CLICK ON THE PICTURES TO ENLARGE THEM.
Cades Cove, TN, 20 x 30, oil on canvas, 2008. A beautiful spot in eastern Tennessee. This painting is in my personal collection.
Jesus Praying In The Wilderness II, 20 x 30, canvas, 2004. The 2nd of 2 in this series, now in the collection of C.F.
The Boathouse through a temperament, 24 x 30, canvas, 2015, collection of A.L.
the Last Supper, canvas, 18 x 24, 2011, collection of M. S.
the Sermon on the Mount, canvas, 18 x 24, 2005, NFS.
Our Humble Abode, 16 x 20, canvas, Aug. 2019, collection of A.L.
the isolated child, 18 x 24, canvas, June 2020, collection of M. F. This was painted during the COVID pandemic. I could not think of a better way to express my feelings than to show an innocent child grappling with life all by herself. Because to a large degree that is what we all have to do, isn't it. The odd thing is that often as adults we do it less successfully than children do it. They are smarter than we give them credit for.
My angel speaks to me, 24 x 24, wood, March 2021
You know, I used to look at paintings done by the painters I most enjoy - Cezanne, Soutine, Rouault... so many of them! - and I could see lots of marks that I didn't understand. I asked myself, "Why did they leave those marks there like that - those obvious mistakes - when anyone can see they don't fit in... they aren't right." I might have changed them, but these masters left them as they were... and the paintings are great in spite of them. After much contemplation over the years I understand better now why I think they are great. It is in part because of the errant marks. So now in my own paintings I too leave some marks in sometimes - pentimenti, for example - because I think they add interest to the painting. I tell myself over and over that I don't necessarily want a perfect painting... what I want is an appearance of spontaneity, and a painting that captures the imagination, that is interesting to look at, that elicits some emotion. So when I say I paint until it is right, what I mean is I keep painting until I get it the way I want it to be - not until it is perfect. I remember reading about Cezanne and a friend of his. They were looking at a painting by an acquaintance and the friend was remarking how perfect it was, how realistic! Cezanne said, "Yes, it is horribly realistic", and walked away. "Horribly" realistic! I understand why Cezanne responded as he did: because it is the presentation - the overall effect - that is important, not whether it is a realistic copy of nature. Art is something else altogether. It is its own reality.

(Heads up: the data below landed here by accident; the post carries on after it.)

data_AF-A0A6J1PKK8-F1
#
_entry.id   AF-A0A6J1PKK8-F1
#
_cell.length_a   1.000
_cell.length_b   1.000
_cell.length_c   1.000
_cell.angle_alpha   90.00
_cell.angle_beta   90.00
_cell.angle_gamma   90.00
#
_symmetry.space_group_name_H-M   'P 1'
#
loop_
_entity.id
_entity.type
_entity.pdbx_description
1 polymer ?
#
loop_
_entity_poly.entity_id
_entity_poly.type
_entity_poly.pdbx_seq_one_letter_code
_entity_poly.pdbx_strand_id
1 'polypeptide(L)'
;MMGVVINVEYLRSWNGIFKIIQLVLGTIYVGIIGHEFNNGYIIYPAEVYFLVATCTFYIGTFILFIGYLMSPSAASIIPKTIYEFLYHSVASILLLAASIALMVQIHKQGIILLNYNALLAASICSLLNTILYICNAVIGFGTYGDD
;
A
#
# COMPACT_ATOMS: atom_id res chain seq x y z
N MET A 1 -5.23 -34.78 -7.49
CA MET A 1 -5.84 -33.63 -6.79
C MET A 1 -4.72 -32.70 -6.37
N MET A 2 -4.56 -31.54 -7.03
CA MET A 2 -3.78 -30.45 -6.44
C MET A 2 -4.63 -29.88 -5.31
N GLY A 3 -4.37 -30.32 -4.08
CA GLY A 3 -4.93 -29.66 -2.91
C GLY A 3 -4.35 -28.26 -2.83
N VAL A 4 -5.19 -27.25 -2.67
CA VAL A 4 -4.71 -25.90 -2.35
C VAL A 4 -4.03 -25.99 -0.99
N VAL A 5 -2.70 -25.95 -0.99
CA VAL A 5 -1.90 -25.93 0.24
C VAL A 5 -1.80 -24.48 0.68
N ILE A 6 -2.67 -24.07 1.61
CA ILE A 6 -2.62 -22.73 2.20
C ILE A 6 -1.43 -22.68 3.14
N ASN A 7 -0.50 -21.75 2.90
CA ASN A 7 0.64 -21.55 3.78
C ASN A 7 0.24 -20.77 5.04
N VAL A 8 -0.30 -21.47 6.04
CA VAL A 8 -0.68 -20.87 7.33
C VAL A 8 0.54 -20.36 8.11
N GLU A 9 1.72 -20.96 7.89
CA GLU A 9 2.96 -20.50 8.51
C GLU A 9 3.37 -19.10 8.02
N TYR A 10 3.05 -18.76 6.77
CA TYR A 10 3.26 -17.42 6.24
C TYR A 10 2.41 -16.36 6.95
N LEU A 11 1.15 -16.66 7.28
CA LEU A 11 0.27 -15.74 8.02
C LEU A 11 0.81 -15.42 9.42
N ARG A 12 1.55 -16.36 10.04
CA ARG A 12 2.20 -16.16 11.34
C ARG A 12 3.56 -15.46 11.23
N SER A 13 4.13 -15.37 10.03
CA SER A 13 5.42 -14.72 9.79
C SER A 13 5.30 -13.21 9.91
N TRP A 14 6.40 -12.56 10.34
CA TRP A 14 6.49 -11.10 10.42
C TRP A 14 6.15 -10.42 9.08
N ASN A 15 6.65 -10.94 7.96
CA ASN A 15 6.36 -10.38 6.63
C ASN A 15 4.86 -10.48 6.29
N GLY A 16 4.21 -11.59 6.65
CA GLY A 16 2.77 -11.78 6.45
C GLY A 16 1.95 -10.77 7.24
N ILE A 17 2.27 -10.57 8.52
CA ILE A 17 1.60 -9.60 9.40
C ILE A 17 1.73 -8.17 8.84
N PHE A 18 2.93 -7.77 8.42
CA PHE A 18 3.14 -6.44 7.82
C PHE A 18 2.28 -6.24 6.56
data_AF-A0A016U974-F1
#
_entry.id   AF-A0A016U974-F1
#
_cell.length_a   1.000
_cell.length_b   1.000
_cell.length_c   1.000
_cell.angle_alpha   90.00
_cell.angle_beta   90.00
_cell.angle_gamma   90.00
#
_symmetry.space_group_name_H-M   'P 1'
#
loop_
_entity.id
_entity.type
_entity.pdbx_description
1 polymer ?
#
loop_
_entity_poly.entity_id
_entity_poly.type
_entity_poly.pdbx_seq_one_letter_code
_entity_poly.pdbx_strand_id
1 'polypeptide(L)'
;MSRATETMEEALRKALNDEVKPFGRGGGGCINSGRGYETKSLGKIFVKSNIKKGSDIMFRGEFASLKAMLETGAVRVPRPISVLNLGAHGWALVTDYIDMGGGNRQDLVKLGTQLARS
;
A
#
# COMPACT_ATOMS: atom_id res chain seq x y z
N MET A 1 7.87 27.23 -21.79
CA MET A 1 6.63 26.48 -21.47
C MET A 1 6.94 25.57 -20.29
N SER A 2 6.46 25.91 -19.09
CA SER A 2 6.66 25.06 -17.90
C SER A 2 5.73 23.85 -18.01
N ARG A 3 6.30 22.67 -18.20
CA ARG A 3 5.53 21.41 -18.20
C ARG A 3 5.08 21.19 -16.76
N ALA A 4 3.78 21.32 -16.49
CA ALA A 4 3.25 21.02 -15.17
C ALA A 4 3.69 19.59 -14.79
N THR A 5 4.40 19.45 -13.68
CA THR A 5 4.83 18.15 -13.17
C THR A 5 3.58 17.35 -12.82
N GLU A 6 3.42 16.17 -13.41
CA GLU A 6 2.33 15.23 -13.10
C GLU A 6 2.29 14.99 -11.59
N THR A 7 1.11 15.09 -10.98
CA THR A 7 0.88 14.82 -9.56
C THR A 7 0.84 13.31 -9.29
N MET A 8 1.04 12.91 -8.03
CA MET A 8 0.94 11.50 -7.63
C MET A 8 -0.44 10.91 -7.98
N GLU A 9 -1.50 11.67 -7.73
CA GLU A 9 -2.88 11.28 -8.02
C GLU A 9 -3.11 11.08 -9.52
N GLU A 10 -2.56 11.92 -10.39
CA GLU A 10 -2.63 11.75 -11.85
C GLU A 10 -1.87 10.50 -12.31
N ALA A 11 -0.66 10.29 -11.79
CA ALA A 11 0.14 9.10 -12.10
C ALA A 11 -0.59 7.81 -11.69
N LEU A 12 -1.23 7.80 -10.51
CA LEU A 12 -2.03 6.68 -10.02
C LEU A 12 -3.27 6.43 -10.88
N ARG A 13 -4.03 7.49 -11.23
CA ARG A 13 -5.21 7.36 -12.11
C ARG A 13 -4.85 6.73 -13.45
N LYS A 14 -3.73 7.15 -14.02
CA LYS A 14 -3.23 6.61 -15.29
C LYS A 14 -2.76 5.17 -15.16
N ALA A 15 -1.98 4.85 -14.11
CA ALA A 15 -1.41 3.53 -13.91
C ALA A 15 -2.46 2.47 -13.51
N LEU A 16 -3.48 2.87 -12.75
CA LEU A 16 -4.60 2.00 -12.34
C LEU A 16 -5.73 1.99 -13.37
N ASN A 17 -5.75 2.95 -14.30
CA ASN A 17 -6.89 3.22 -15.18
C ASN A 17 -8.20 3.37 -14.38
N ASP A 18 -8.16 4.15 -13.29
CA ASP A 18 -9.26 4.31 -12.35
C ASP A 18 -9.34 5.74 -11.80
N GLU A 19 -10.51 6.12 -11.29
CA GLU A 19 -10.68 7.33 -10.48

Landscape with man and angels, canvas, 11 x 14, June 2021
girl on a backyard swing, canvas, 9 x 12, Sept. 2021
The Boathouse, Long Lake, Myrtle Beach, SC, 18 x 24, canvas, 2015
St. Francis of Assisi, 24 x 24, canvas, 2016, collection of L.B.
descent from the cross, 24 x 30, canvas, 2010, collection of TPC.
afternoon at the park, 18 x 24, wood, Dec. 2020
Gauguin rising from his ashes, 18 x 24, canvas, Feb. 2021
abandoned house in the woods, 18 x 24, canvas, Feb. 2021
cottages, 9 x 12, canvas, 2001
McClellanville, SC, 9 x 12, canvas, 2002, collection of Mr. and Mrs. T.S.
the artist with new paintings and old ones, 2021
Encounter in the garden, each regarding the other, canvas, 16 x 20, April 2021
Horse Stamp Church Road, canvas, 16 x 20, May 2021
Madonna and child, 24 x 36, canvas, 2019